City Council approves 2009 budget

CHICAGO The one thing that this budget doesn't raise is property taxes. But that's about the only good news as the city copes with its worst financial crisis in decades.

The City Council voted 49-to-1 to approve Mayor Richard M. Daley's 2009 budget.

The mayor's budget office announced months ago that Chicago faced a $469 million deficit. The new spending plan uses three different methods to fill the shortfall: layoffs of city workers, the sales of city assets, as well as some new fees and very targeted taxes.

The nearly unanimous vote happened after over two hours of speeches, several minutes each by dozens of aldermen, most bemoaning the fact that as many as 635 city workers will be laid off.

"They're not statistics, they're people, people that will need help. And if there's one thing that we should here in this City Council, it's to find a way to help these people that will be out of work," said Ald. James Balcer, 11th Ward.

The spending plan requires that fewer police officers are hired but that no cops or firefighters would be among the laid off workers. The budget also requires the city not to fill 1,600 vacant positions.

The 26th Ward's Billy Ocasio was the only alderman to oppose the budget.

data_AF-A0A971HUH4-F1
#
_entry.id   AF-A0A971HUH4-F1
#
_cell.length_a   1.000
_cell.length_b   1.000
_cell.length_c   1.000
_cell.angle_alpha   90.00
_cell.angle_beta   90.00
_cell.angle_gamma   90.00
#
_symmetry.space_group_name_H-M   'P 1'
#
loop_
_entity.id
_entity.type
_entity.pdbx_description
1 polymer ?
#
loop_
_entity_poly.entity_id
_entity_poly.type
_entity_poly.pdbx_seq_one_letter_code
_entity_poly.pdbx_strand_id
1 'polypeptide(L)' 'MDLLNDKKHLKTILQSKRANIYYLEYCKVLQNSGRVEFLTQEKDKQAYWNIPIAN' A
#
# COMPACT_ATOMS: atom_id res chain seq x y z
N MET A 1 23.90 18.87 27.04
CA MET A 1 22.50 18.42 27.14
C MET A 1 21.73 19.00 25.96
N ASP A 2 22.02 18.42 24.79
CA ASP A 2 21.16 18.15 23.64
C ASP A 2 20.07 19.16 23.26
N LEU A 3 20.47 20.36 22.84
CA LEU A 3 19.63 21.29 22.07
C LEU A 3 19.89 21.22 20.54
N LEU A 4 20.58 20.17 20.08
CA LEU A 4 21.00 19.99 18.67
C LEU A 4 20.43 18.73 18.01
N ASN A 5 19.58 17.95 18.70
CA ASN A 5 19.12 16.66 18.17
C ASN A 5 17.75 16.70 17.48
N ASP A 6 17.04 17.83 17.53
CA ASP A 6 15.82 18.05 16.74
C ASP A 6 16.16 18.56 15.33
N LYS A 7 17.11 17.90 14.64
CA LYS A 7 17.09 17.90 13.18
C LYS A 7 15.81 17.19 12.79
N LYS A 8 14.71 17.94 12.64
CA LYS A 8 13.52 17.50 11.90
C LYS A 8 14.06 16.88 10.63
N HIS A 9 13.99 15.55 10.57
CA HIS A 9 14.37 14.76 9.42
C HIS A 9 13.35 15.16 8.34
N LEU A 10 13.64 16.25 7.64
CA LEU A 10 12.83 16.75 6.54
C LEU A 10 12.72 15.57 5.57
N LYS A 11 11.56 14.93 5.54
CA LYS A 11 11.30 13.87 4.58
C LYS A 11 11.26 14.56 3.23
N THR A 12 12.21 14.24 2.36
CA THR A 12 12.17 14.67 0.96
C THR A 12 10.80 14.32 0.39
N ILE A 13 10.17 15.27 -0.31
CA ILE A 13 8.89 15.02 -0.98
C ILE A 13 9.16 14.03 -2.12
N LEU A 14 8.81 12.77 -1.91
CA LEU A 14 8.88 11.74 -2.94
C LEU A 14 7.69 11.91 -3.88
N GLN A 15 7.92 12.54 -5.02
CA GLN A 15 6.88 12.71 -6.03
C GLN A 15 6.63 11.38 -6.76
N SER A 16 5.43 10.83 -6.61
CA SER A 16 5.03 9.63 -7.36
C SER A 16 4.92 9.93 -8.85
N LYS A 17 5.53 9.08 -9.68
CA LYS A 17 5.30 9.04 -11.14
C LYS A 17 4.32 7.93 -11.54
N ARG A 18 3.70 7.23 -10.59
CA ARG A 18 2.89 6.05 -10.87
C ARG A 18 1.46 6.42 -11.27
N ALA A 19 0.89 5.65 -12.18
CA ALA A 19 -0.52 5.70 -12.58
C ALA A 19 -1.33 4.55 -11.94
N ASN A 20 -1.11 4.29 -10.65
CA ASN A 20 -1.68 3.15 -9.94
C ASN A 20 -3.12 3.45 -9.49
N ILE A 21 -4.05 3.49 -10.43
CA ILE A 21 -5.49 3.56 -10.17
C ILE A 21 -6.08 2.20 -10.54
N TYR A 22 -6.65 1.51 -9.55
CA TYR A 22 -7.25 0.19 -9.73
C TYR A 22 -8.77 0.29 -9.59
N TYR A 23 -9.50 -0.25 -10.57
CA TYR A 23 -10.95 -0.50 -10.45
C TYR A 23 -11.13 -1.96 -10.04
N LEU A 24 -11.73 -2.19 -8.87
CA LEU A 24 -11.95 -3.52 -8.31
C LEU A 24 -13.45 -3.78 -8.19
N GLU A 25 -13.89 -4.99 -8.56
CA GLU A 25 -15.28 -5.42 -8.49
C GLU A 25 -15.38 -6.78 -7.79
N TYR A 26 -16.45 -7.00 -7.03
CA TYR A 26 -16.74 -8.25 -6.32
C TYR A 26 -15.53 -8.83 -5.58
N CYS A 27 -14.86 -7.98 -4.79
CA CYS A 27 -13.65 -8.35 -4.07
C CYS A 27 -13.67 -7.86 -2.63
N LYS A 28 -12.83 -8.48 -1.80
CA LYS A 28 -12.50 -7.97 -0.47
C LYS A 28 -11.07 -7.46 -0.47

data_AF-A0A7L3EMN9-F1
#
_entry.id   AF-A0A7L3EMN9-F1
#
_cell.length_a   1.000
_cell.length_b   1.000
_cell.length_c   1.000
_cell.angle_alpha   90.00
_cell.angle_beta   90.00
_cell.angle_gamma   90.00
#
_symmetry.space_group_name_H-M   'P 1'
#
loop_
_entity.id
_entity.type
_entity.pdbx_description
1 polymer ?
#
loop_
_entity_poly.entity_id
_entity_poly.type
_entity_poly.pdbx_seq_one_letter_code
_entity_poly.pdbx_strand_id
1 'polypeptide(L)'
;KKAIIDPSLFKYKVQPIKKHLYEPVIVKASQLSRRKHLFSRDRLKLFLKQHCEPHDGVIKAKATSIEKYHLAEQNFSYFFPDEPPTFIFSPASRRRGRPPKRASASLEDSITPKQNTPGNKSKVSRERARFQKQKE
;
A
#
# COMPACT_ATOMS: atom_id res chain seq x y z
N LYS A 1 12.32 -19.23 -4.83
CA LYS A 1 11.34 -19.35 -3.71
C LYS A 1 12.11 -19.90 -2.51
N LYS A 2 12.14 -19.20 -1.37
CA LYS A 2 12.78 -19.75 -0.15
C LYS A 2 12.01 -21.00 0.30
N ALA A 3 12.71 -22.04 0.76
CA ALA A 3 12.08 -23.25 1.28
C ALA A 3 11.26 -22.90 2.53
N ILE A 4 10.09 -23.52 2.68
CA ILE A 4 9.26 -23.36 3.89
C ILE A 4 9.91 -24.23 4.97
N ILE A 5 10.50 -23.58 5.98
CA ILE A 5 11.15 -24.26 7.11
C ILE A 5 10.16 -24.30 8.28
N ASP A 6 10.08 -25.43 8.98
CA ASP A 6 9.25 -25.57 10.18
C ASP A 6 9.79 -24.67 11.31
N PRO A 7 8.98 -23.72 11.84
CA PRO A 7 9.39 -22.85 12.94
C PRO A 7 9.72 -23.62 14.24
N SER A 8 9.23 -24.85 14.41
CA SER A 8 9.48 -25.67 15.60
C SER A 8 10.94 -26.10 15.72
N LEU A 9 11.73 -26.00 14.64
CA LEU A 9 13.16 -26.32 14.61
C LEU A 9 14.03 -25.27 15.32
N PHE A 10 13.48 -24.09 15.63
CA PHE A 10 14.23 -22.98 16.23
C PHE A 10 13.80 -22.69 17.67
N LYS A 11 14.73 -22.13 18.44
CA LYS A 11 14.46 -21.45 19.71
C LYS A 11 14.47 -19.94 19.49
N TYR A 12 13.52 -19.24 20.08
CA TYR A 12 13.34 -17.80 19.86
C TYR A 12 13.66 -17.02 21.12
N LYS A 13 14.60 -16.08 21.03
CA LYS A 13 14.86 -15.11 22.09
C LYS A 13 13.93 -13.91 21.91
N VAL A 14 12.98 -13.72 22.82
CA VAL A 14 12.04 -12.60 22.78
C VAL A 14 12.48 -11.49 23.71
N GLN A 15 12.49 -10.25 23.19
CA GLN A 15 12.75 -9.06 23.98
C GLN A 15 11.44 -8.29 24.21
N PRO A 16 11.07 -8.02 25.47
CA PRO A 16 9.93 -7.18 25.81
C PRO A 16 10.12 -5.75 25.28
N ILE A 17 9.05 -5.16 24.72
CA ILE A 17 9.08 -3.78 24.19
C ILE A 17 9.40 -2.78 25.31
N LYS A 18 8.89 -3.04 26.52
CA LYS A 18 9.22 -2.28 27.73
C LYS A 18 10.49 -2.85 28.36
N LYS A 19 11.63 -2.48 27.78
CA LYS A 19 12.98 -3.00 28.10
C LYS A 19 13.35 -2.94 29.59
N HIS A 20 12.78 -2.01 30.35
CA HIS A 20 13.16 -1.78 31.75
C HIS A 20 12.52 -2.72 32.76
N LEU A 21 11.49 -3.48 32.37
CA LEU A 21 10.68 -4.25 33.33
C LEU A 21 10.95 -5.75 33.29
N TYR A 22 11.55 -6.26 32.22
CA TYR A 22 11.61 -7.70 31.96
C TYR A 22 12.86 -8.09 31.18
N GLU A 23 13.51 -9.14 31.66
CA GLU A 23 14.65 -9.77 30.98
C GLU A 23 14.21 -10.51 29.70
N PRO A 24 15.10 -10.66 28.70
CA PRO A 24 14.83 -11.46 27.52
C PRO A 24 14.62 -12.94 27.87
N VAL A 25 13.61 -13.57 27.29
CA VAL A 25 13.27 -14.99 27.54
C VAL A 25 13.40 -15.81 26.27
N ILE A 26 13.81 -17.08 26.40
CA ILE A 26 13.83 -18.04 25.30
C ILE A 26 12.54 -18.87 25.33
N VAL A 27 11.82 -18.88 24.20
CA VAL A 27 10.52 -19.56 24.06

"What we're doing here is the wrong thing. We're laying off the people who actually do the work rather than the people who sit behind the desks," said Ald. Billy Ocasio, 26th Ward.

Mayor Daley was proud of the budget, passed without a general tax increase in a perilous national economy.

"This is an economic tragedy going on in this country. And it's getting much more significant. At least we laid the foundation, passed our budget," said Mayor Daley.

The Daley administration plans to generate new revenue by leasing the city's parking meters to a still undetermined private company. It will use other proceeds from the Midway Airport lease and will levy higher taxes on parking and show tickets.

Chicago also will increase library fines and will charge a new fee on dumpsters used by businesses and multi-unit apartment buildings. That measure caused the most controversy during the budget process.

"Small retailers, small business owners, condominium owners, can't handle this extra burden," said Ald. Brendan Riley, 42nd Ward.

The mayor warned weeks ago that some city services might arrive less quickly than in the past, including snow removal and storm cleanup.

Aldermen who voted for the 2009 budget did so with a warning to city departments.

"I want to see equity and parity in the services that's going to be provided across the board. So you can't go work in someone's ward and not get mine, because I'm going to be looking at you," said Ald. Ed Smith, 21st Ward.

On the dumpster tax again: the aldermen who opposed it say, when building owners pass it on, it will immediately raise rents and condominium assessments.

That fee does not become effective until April of next year. Alderman Reilly, for one, says he'll fight to get it overturned and replaced with some other revenue stream.

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